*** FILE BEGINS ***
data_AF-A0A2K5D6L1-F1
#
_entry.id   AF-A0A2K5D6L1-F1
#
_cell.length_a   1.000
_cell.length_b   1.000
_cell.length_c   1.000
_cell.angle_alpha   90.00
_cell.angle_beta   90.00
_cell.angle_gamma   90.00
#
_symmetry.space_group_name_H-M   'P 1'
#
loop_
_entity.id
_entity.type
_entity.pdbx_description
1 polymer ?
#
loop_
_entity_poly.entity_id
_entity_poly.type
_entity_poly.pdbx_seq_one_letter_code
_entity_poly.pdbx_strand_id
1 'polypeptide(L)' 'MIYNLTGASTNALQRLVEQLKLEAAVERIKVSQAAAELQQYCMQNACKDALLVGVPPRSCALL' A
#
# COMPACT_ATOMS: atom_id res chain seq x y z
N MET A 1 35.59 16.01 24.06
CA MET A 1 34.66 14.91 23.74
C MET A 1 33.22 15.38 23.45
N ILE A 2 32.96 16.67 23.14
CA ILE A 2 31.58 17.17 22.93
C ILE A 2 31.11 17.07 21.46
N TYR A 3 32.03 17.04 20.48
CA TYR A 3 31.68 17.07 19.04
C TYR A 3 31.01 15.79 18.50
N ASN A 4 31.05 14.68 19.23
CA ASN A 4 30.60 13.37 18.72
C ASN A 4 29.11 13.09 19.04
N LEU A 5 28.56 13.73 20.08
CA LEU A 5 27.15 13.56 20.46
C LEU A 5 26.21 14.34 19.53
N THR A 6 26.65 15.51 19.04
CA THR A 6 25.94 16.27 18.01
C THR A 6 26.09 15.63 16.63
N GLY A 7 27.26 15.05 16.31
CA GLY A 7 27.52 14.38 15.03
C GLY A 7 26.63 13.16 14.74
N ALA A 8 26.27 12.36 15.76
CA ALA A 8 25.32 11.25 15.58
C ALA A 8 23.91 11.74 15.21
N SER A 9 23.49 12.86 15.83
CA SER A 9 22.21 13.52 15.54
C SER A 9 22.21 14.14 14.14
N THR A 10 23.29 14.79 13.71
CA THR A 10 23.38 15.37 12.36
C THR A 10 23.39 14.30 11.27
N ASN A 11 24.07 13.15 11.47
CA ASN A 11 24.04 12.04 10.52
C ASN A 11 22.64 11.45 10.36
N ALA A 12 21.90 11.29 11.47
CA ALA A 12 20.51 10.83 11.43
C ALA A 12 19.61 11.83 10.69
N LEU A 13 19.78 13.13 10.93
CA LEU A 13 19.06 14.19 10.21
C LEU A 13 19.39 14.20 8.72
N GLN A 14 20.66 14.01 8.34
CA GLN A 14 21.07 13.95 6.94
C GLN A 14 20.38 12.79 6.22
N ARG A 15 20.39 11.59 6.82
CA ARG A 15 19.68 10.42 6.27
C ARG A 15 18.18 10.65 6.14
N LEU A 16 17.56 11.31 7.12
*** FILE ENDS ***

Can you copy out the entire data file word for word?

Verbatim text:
data_AF-A0A2K5D6L1-F1
#
_entry.id   AF-A0A2K5D6L1-F1
#
_cell.length_a   1.000
_cell.length_b   1.000
_cell.length_c   1.000
_cell.angle_alpha   90.00
_cell.angle_beta   90.00
_cell.angle_gamma   90.00
#
_symmetry.space_group_name_H-M   'P 1'
#
loop_
_entity.id
_entity.type
_entity.pdbx_description
1 polymer ?
#
loop_
_entity_poly.entity_id
_entity_poly.type
_entity_poly.pdbx_seq_one_letter_code
_entity_poly.pdbx_strand_id
1 'polypeptide(L)' 'MIYNLTGASTNALQRLVEQLKLEAAVERIKVSQAAAELQQYCMQNACKDALLVGVPPRSCALL' A
#
# COMPACT_ATOMS: atom_id res chain seq x y z
N MET A 1 35.59 16.01 24.06
CA MET A 1 34.66 14.91 23.74
C MET A 1 33.22 15.38 23.45
N ILE A 2 32.96 16.67 23.14
CA ILE A 2 31.58 17.17 22.93
C ILE A 2 31.11 17.07 21.46
N TYR A 3 32.03 17.04 20.48
CA TYR A 3 31.68 17.07 19.04
C TYR A 3 31.01 15.79 18.50
N ASN A 4 31.05 14.68 19.23
CA ASN A 4 30.60 13.37 18.72
C ASN A 4 29.11 13.09 19.04
N LEU A 5 28.56 13.73 20.08
CA LEU A 5 27.15 13.56 20.46
C LEU A 5 26.21 14.34 19.53
N THR A 6 26.65 15.51 19.04
CA THR A 6 25.94 16.27 18.01
C THR A 6 26.09 15.63 16.63
N GLY A 7 27.26 15.05 16.31
CA GLY A 7 27.52 14.38 15.03
C GLY A 7 26.63 13.16 14.74
N ALA A 8 26.27 12.36 15.76
CA ALA A 8 25.32 11.25 15.58
C ALA A 8 23.91 11.74 15.21
N SER A 9 23.49 12.86 15.83
CA SER A 9 22.21 13.52 15.54
C SER A 9 22.21 14.14 14.14
N THR A 10 23.29 14.79 13.71
CA THR A 10 23.38 15.37 12.36
C THR A 10 23.39 14.30 11.27
N ASN A 11 24.07 13.15 11.47
CA ASN A 11 24.04 12.04 10.52
C ASN A 11 22.64 11.45 10.36
N ALA A 12 21.90 11.29 11.47
CA ALA A 12 20.51 10.83 11.43
C ALA A 12 19.61 11.83 10.69
N LEU A 13 19.78 13.13 10.93
CA LEU A 13 19.06 14.19 10.21
C LEU A 13 19.39 14.20 8.72
N GLN A 14 20.66 14.01 8.34
CA GLN A 14 21.07 13.95 6.94
C GLN A 14 20.38 12.79 6.22
N ARG A 15 20.39 11.59 6.82
CA ARG A 15 19.68 10.42 6.27
C ARG A 15 18.18 10.65 6.14
N LEU A 16 17.56 11.31 7.12